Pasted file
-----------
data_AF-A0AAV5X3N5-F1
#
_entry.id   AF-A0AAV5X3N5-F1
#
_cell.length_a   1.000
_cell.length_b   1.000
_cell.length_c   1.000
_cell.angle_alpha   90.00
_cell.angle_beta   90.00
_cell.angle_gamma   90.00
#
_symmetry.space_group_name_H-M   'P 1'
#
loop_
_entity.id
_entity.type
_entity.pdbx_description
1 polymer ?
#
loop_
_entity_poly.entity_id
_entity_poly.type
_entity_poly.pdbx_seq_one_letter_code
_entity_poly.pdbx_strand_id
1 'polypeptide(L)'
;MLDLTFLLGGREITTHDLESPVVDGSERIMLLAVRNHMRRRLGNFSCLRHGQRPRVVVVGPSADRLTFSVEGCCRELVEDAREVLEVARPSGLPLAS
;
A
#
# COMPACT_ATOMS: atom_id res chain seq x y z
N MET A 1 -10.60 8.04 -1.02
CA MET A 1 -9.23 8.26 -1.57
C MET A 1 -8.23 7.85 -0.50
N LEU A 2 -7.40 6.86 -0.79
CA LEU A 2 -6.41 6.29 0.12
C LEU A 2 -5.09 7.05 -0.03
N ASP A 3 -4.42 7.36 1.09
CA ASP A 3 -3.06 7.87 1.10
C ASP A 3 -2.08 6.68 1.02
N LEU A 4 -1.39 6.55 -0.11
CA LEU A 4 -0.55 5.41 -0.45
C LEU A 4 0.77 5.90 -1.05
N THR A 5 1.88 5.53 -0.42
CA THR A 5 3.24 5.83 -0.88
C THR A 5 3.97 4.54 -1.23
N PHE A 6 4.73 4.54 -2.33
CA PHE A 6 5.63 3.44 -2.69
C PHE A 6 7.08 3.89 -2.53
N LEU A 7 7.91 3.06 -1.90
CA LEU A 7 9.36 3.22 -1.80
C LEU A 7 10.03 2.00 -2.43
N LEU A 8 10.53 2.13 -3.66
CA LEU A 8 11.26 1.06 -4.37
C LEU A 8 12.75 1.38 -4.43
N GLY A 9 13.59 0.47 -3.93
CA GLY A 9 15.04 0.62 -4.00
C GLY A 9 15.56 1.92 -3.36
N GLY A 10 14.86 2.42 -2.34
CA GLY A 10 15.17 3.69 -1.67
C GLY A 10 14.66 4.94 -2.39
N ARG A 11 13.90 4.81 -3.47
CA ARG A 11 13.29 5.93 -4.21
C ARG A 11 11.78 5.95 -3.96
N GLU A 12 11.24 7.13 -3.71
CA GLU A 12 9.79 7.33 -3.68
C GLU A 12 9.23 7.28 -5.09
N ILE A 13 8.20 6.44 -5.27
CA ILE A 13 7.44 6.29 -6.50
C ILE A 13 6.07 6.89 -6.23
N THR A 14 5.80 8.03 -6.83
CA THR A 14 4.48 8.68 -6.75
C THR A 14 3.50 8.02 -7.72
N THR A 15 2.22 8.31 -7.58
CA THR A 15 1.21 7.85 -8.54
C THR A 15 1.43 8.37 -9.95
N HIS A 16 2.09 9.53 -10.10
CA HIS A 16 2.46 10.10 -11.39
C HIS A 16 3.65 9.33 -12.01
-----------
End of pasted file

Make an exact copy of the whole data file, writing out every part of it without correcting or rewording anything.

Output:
data_AF-A0AAV5X3N5-F1
#
_entry.id   AF-A0AAV5X3N5-F1
#
_cell.length_a   1.000
_cell.length_b   1.000
_cell.length_c   1.000
_cell.angle_alpha   90.00
_cell.angle_beta   90.00
_cell.angle_gamma   90.00
#
_symmetry.space_group_name_H-M   'P 1'
#
loop_
_entity.id
_entity.type
_entity.pdbx_description
1 polymer ?
#
loop_
_entity_poly.entity_id
_entity_poly.type
_entity_poly.pdbx_seq_one_letter_code
_entity_poly.pdbx_strand_id
1 'polypeptide(L)'
;MLDLTFLLGGREITTHDLESPVVDGSERIMLLAVRNHMRRRLGNFSCLRHGQRPRVVVVGPSADRLTFSVEGCCRELVEDAREVLEVARPSGLPLAS
;
A
#
# COMPACT_ATOMS: atom_id res chain seq x y z
N MET A 1 -10.60 8.04 -1.02
CA MET A 1 -9.23 8.26 -1.57
C MET A 1 -8.23 7.85 -0.50
N LEU A 2 -7.40 6.86 -0.79
CA LEU A 2 -6.41 6.29 0.12
C LEU A 2 -5.09 7.05 -0.03
N ASP A 3 -4.42 7.36 1.09
CA ASP A 3 -3.06 7.87 1.10
C ASP A 3 -2.08 6.68 1.02
N LEU A 4 -1.39 6.55 -0.11
CA LEU A 4 -0.55 5.41 -0.45
C LEU A 4 0.77 5.90 -1.05
N THR A 5 1.88 5.53 -0.42
CA THR A 5 3.24 5.83 -0.88
C THR A 5 3.97 4.54 -1.23
N PHE A 6 4.73 4.54 -2.33
CA PHE A 6 5.63 3.44 -2.69
C PHE A 6 7.08 3.89 -2.53
N LEU A 7 7.91 3.06 -1.90
CA LEU A 7 9.36 3.22 -1.80
C LEU A 7 10.03 2.00 -2.43
N LEU A 8 10.53 2.13 -3.66
CA LEU A 8 11.26 1.06 -4.37
C LEU A 8 12.75 1.38 -4.43
N GLY A 9 13.59 0.47 -3.93
CA GLY A 9 15.04 0.62 -4.00
C GLY A 9 15.56 1.92 -3.36
N GLY A 10 14.86 2.42 -2.34
CA GLY A 10 15.17 3.69 -1.67
C GLY A 10 14.66 4.94 -2.39
N ARG A 11 13.90 4.81 -3.47
CA ARG A 11 13.29 5.93 -4.21
C ARG A 11 11.78 5.95 -3.96
N GLU A 12 11.24 7.13 -3.71
CA GLU A 12 9.79 7.33 -3.68
C GLU A 12 9.23 7.28 -5.09
N ILE A 13 8.20 6.44 -5.27
CA ILE A 13 7.44 6.29 -6.50
C ILE A 13 6.07 6.89 -6.23
N THR A 14 5.80 8.03 -6.83
CA THR A 14 4.48 8.68 -6.75
C THR A 14 3.50 8.02 -7.72
N THR A 15 2.22 8.31 -7.58
CA THR A 15 1.21 7.85 -8.54
C THR A 15 1.43 8.37 -9.95
N HIS A 16 2.09 9.53 -10.10
CA HIS A 16 2.46 10.10 -11.39
C HIS A 16 3.65 9.33 -12.01